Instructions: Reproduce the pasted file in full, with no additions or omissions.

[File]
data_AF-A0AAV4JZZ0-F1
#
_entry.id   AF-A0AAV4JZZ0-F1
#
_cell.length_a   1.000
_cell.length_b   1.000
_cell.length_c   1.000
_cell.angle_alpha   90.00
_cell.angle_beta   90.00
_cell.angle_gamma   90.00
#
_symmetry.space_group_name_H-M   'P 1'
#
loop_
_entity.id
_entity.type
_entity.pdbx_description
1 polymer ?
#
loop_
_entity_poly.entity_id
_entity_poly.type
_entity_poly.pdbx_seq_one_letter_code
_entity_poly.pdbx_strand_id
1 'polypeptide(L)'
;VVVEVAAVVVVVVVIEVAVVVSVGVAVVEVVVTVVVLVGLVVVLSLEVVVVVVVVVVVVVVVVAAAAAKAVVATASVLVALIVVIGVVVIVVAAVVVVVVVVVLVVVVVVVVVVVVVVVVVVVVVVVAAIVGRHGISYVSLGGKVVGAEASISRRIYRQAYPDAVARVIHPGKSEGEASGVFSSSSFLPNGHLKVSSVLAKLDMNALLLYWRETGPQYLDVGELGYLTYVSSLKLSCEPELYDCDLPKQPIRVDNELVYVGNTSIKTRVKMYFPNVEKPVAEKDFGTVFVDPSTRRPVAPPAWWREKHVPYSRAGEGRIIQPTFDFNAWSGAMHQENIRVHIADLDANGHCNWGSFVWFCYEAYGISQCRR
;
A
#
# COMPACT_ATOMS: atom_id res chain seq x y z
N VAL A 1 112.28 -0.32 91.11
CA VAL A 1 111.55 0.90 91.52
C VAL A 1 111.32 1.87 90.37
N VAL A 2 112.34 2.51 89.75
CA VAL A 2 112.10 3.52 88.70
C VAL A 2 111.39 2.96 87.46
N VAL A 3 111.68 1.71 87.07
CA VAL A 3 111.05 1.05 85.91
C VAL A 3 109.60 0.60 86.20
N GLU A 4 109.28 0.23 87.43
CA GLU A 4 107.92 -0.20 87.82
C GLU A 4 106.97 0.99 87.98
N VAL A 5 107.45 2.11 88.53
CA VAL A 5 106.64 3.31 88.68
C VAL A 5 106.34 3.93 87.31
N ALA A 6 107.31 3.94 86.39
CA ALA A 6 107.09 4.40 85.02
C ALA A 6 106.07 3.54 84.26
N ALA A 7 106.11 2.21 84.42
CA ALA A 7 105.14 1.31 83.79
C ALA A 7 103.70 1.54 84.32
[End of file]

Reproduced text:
data_AF-A0AAV4JZZ0-F1
#
_entry.id   AF-A0AAV4JZZ0-F1
#
_cell.length_a   1.000
_cell.length_b   1.000
_cell.length_c   1.000
_cell.angle_alpha   90.00
_cell.angle_beta   90.00
_cell.angle_gamma   90.00
#
_symmetry.space_group_name_H-M   'P 1'
#
loop_
_entity.id
_entity.type
_entity.pdbx_description
1 polymer ?
#
loop_
_entity_poly.entity_id
_entity_poly.type
_entity_poly.pdbx_seq_one_letter_code
_entity_poly.pdbx_strand_id
1 'polypeptide(L)'
;VVVEVAAVVVVVVVIEVAVVVSVGVAVVEVVVTVVVLVGLVVVLSLEVVVVVVVVVVVVVVVVAAAAAKAVVATASVLVALIVVIGVVVIVVAAVVVVVVVVVLVVVVVVVVVVVVVVVVVVVVVVVAAIVGRHGISYVSLGGKVVGAEASISRRIYRQAYPDAVARVIHPGKSEGEASGVFSSSSFLPNGHLKVSSVLAKLDMNALLLYWRETGPQYLDVGELGYLTYVSSLKLSCEPELYDCDLPKQPIRVDNELVYVGNTSIKTRVKMYFPNVEKPVAEKDFGTVFVDPSTRRPVAPPAWWREKHVPYSRAGEGRIIQPTFDFNAWSGAMHQENIRVHIADLDANGHCNWGSFVWFCYEAYGISQCRR
;
A
#
# COMPACT_ATOMS: atom_id res chain seq x y z
N VAL A 1 112.28 -0.32 91.11
CA VAL A 1 111.55 0.90 91.52
C VAL A 1 111.32 1.87 90.37
N VAL A 2 112.34 2.51 89.75
CA VAL A 2 112.10 3.52 88.70
C VAL A 2 111.39 2.96 87.46
N VAL A 3 111.68 1.71 87.07
CA VAL A 3 111.05 1.05 85.91
C VAL A 3 109.60 0.60 86.20
N GLU A 4 109.28 0.23 87.43
CA GLU A 4 107.92 -0.20 87.82
C GLU A 4 106.97 0.99 87.98
N VAL A 5 107.45 2.11 88.53
CA VAL A 5 106.64 3.31 88.68
C VAL A 5 106.34 3.93 87.31
N ALA A 6 107.31 3.94 86.39
CA ALA A 6 107.09 4.40 85.02
C ALA A 6 106.07 3.54 84.26
N ALA A 7 106.11 2.21 84.42
CA ALA A 7 105.14 1.31 83.79
C ALA A 7 103.70 1.54 84.32